The Shijiazhuang (now part of AVIC) Y-5B, a Chinese version of the Antonov An-2, has winglets of a particular type:

Y-5B wingtips with winglets
Photo by Linshuo at Airliners.net

Quite a futuristic design for this old biplane of 1958, still in production. Not all version of the Y-5 have such wingtips though:

An-2 wingtips with no winglets
B-50AG. Photo by Weimeng, AirTeamImages

What are the advantages of these winglets in this case, compared to more common ones? Why only one the upper wing? Are they used on other aircraft?

  • $\begingroup$ They sure are reminiscent of the wingtip feathers of a soaring hawk or eagle or vulture. $\endgroup$ Commented Jun 20, 2019 at 11:04

2 Answers 2


As you said, the Y-5 and Y-5B are Chinese variants of the Antonov AN-2. The Wikipedia page gives this info on the Y-5B:

Shijiazhuang Y-5B-100 – Y-5B aircraft fitted with triple tipsails on the upper wing tips, which reputedly gave 20% higher climb rate and improved L/D ratio by 15%.

Here is a research paper on tipsails which may help a little bit.

There doesn't seem to be a lot of empirical evidence of the performance gains that China claims with the Y-5B. I can't find examples of the triple tipsail design used on any other aircraft.

Just look at the aircraft though, all the struts, wires, hinges, etc hanging out in the wind, and these 3 little tip sails improve L/D by 15% and climb rate by 20%? That's a hard pill to swallow. If it were that simple, it would be a feature of nearly every aircraft.

  • 1
    $\begingroup$ I'm perplexed as to why tipsails are not used on a large scale given that "sails fitted to the wing tip can reduce its lift dependent drag by up to 35%", "longitudinal static stability of the wing was significantly improved" and "the wing tip sails showed their ability to break down and reduce the tip vorticity behind the wing". $\endgroup$
    – mins
    Commented Jan 8, 2017 at 11:25
  • $\begingroup$ I assume because winglets do the same thing for aircraft that don't need to be multi role, but not sure on multi role aircraft, maybe Peter will chime in. $\endgroup$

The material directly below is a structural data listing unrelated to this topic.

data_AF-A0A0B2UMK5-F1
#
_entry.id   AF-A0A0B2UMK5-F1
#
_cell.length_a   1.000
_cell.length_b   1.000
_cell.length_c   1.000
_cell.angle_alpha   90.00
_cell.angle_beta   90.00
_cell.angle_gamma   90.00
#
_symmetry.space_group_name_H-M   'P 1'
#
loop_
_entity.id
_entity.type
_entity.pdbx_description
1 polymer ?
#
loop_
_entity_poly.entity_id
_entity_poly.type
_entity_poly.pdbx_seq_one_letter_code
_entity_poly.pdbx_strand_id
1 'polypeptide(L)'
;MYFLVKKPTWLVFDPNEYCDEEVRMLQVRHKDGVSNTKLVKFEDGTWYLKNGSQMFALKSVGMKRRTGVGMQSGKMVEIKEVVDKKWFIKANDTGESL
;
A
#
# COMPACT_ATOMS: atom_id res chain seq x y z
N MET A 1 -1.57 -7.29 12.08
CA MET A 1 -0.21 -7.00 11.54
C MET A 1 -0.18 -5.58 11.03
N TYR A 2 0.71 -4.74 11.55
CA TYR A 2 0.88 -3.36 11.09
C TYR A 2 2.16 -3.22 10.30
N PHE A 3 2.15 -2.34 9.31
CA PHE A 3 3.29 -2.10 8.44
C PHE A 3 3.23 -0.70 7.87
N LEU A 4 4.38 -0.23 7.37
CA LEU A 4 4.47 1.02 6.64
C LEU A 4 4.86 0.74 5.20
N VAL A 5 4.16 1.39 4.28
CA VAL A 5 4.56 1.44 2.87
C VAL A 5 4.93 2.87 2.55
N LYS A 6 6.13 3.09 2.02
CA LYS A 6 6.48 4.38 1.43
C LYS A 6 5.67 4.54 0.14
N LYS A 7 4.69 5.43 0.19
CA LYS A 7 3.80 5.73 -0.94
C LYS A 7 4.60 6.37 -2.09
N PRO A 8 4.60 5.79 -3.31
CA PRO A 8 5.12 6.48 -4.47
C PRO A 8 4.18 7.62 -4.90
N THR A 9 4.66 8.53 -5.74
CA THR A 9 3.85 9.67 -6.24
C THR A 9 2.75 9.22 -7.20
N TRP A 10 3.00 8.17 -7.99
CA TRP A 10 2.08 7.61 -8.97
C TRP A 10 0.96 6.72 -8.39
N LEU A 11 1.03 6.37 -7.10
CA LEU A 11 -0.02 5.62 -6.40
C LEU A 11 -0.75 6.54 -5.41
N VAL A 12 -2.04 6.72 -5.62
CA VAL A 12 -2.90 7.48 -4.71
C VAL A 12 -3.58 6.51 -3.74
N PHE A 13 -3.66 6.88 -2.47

– Ron Beyer
    Commented Jan 8, 2017 at 11:46
  • 7
    $\begingroup$ @mins You guys should know by now how sceptical I am of all the claims made in support of winglets. Claiming 15% better L/D with these tiny additions is ridiculous. Same goes for stability claims and especially the nonsense about breaking down tip vorticity. This is simply snake oil, like this. $\endgroup$ Commented Jan 8, 2017 at 20:34
  • 1
    $\begingroup$ @PeterKämpf Dang, Peter, you ruin all the cool new stuff with your silly reality :) $\endgroup$
    – TomMcW
    Commented Jan 9, 2017 at 20:33
  • 10
    $\begingroup$ @TomMcW: Fixed gear, bracing, struts all over the place, and those guys worry about wingtip vortices. Sheesh! $\endgroup$ Commented Jan 10, 2017 at 7:43

"Tip sails", we all should recognize this feature on soaring birds. Also similar to Fowler flaps. This is a lift enhancing device for slow flight. On the wing tip, it may also serve to reduce the high AOA wing tip vortex, breaking it into smaller vortices.

But notice the birds do not use these at faster speeds, as their drag producing lift is not needed and AOA is lower.

So the tip sail designers may take a cue from birds and airliners, and retract them at higher speeds. The Etrich Taub would lend itself to that type of wing tip. Imagine unfurling them just before landing.


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